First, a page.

The difference in how two continents view the performance of their respective companies provides a great opportunity for introspection that will, in all likelihood, never see the light of day on lightweight market news reporter CNBC. But here at The Motley Fool, we find the numbers reported last week by Canada's premier professional publisher Thomson (NYSE:TOC), those reported by its European archrival Reed Elsevier (NYSE:RUK) (NYSE:ENL) yesterday, and the market's reaction to each just fascinating.

Last week, Thomson reported that in 2004 it increased its revenues by 9% over 2003 levels and boosted profits by 15%. Result: A week later, Thomson is trading all of 2.6% higher than it did on the day before results were announced.

Meanwhile, over on "the Continent," Reed Elsevier has just published its own preliminary financials for fiscal 2004. The company didn't provide a whole lot of detail, but what it did tell us is that it grew revenues about half as fast as Thomson did (5%), and profits somewhere between 20% and 47% slower -- increasing them by 12% according to international accounting standards, or 8% on a pro forma basis. Result: Today, Reed Elsevier shares command a 7% premium to what they were trading for just yesterday.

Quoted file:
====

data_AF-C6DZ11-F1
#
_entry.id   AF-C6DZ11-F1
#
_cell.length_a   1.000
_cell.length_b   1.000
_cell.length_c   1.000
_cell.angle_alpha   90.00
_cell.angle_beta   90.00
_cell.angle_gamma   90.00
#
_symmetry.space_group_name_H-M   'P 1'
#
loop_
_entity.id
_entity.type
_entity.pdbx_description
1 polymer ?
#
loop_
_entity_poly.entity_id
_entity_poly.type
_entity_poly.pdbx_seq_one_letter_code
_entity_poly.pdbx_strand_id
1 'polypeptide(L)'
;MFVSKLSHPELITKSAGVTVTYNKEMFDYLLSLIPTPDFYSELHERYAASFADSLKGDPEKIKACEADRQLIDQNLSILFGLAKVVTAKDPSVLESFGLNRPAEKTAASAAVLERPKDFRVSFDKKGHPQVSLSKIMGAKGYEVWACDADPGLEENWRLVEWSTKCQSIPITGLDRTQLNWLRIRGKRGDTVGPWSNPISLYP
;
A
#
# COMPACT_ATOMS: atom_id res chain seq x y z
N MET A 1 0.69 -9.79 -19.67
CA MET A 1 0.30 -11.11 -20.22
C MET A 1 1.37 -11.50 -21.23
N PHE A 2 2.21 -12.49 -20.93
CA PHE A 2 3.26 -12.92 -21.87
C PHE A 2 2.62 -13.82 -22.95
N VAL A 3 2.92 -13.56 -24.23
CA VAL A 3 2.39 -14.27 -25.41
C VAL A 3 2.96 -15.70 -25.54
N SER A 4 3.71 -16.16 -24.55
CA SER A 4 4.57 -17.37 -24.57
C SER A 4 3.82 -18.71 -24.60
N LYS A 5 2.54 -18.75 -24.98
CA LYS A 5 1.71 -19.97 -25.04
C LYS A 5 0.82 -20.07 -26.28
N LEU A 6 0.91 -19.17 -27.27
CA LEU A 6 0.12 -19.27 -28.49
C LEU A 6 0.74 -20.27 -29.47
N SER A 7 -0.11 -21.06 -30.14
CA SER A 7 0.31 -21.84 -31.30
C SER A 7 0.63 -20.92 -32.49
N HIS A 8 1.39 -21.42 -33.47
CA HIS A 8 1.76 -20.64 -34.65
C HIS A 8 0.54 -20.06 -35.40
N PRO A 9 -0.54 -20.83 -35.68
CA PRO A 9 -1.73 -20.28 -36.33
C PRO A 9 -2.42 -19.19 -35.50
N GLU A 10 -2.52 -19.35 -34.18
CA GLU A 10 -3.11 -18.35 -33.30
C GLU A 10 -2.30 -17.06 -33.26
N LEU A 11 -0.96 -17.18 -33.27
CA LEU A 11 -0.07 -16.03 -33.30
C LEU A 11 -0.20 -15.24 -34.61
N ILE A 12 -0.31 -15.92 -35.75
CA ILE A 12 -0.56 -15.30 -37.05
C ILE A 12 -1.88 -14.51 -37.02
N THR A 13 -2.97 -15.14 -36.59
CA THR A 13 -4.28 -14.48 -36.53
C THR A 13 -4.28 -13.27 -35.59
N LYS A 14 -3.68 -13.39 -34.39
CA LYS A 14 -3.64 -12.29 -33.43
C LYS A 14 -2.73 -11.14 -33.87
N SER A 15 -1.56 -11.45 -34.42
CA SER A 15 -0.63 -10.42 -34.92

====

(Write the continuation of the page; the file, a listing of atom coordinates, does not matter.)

Apparently, the fact that Reed Elsevier is both growing, and growing more profitable, at slower rates than its Canadian nemesis does not matter as much to the Europeans as the fact that Reed Elsevier is growing at all. If you'll recall, when we last checked in on Reed Elsevier, it had just posted a mid-year revenue decline and anemic 2.8% profits growth in comparison to the first half of 2003. According to company management, its lagging growth -- both in 2004's first half and overall for the year -- was caused primarily by the strength of its home currencies, the euro and pound sterling, in relation to the dollar. Doing half of its business in the U.S., and consequently collecting half of its revenues in deflated U.S. dollars, has proven to be a considerable drag on Reed Elsevier's results.

Back in Canada, Thomson faces considerably weaker exchange-rate headwinds. So why is it that its shares didn't get a boost last week, in proportion to the company's outperformance (and likely continued outperformance) of its rival? See Monday's article on Thomson for the answer.

For more Foolish news & commentary on these two publishing powerhouses, read:

Fool contributor Rich Smith holds no position in either of the companies mentioned in this article.